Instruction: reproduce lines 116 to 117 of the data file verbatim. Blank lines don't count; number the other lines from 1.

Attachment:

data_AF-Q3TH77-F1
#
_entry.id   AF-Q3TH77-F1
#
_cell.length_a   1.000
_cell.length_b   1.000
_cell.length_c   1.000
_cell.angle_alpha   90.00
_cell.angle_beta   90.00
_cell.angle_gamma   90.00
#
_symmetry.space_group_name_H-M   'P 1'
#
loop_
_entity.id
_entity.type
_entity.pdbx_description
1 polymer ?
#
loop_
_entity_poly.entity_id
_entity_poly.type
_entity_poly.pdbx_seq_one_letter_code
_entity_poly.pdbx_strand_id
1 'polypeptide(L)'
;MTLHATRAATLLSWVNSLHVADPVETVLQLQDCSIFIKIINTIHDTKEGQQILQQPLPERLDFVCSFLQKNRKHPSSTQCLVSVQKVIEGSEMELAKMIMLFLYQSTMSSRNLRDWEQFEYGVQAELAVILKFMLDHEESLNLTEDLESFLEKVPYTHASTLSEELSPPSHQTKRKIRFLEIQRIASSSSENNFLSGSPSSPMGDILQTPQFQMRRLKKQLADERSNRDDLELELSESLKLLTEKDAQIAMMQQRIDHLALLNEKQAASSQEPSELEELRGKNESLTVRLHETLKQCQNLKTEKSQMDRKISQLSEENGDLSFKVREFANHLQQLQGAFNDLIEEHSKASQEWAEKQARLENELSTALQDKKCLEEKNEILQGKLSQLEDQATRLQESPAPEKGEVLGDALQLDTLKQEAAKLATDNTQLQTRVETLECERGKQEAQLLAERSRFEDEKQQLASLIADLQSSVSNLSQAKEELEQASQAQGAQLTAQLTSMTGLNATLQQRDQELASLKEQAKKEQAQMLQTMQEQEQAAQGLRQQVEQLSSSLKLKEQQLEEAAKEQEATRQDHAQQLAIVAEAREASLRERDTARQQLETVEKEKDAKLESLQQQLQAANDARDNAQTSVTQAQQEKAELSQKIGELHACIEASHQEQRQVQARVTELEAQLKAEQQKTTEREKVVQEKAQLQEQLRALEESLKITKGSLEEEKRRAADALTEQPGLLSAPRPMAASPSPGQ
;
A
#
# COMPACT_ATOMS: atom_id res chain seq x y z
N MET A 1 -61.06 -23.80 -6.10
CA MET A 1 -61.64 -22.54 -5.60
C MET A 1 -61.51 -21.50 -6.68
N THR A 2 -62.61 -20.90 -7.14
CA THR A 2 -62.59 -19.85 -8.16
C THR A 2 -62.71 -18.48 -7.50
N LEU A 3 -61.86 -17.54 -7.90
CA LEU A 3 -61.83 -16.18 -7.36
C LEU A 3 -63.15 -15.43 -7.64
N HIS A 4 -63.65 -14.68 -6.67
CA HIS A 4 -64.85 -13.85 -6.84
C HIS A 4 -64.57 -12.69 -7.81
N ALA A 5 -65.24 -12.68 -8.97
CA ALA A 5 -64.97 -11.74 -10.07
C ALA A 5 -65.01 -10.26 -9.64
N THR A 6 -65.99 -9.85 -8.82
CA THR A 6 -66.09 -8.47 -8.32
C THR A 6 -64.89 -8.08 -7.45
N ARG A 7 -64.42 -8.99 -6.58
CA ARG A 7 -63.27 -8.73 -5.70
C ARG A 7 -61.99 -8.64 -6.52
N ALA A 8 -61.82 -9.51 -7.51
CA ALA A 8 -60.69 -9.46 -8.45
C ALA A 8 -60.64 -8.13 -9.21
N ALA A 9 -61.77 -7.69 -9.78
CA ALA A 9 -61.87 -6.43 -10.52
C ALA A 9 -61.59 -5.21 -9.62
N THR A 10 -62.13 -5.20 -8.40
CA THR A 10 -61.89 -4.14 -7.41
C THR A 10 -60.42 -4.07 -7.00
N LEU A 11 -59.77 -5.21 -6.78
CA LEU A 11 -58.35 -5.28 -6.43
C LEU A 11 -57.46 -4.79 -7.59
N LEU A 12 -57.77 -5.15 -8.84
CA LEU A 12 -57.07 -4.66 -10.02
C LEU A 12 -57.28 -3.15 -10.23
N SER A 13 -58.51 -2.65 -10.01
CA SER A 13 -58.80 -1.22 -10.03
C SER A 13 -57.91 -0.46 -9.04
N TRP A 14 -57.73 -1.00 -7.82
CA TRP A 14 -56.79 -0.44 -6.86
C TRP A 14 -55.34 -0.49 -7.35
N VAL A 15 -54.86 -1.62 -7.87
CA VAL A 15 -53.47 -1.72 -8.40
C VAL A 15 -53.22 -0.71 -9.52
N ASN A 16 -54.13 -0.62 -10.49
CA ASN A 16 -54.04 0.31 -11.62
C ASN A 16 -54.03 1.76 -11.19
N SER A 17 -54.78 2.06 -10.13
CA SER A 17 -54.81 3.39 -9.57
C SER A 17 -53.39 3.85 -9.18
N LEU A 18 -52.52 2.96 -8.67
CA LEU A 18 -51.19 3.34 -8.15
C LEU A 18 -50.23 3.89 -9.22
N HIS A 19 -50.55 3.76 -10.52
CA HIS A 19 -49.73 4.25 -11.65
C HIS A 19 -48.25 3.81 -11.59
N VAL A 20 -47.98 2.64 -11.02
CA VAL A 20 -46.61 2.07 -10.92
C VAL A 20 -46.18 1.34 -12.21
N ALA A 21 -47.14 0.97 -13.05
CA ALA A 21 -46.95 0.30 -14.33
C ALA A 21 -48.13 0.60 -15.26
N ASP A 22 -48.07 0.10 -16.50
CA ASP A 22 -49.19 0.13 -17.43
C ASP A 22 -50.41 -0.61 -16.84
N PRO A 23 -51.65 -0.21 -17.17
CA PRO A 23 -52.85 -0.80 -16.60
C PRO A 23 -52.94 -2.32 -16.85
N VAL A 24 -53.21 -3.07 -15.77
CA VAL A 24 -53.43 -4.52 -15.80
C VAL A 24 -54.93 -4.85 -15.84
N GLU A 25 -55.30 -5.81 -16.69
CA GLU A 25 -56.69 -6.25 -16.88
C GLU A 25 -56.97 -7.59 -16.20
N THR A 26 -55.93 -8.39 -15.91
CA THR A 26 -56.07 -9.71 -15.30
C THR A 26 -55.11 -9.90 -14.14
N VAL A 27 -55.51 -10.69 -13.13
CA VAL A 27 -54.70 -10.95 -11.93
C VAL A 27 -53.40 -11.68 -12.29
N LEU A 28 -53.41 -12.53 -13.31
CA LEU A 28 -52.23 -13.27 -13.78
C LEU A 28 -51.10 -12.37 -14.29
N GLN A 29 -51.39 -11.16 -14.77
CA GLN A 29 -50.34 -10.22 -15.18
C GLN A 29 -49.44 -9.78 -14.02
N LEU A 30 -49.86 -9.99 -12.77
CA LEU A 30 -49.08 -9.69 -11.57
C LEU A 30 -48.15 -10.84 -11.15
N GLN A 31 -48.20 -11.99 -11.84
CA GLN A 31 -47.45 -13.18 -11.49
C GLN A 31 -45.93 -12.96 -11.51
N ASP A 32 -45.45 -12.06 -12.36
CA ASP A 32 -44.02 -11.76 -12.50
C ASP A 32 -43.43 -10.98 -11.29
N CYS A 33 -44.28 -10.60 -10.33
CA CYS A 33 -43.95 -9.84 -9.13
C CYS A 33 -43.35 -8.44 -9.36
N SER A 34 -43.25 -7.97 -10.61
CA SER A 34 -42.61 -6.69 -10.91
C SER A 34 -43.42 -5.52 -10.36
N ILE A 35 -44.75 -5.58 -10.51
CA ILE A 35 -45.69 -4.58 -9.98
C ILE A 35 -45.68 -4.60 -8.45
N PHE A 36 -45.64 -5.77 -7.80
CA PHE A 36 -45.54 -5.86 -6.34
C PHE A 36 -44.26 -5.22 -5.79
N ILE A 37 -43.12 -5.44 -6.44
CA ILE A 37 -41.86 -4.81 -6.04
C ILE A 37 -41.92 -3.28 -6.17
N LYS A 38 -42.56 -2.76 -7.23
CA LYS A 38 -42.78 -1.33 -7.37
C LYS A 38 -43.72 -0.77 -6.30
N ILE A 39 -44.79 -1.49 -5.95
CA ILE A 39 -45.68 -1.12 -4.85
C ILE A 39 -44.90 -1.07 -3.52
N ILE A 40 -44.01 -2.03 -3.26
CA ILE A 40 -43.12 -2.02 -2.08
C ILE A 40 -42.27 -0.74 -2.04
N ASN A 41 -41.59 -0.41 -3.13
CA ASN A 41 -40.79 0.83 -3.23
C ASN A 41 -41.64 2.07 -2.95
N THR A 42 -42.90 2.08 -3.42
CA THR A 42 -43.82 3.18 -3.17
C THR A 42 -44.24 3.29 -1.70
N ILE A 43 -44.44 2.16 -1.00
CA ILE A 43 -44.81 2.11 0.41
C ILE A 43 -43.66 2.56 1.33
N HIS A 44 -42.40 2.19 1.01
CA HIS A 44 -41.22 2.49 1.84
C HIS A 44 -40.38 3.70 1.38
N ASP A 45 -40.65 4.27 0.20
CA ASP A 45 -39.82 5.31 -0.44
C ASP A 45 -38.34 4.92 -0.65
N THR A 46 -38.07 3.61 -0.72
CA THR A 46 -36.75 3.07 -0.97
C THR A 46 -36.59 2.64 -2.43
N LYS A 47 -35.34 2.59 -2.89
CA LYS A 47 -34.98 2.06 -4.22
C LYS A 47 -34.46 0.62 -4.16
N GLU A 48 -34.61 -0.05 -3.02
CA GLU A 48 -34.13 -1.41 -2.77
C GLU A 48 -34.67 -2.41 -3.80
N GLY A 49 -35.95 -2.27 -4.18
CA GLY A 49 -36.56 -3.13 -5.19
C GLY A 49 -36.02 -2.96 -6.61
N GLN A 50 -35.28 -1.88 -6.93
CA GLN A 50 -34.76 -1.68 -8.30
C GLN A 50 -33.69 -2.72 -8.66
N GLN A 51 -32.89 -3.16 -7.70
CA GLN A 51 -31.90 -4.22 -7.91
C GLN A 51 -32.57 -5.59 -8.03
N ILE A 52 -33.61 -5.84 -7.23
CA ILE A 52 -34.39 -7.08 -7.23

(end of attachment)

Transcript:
CA GLN A 29 -50.34 -10.22 -15.18
C GLN A 29 -49.44 -9.78 -14.02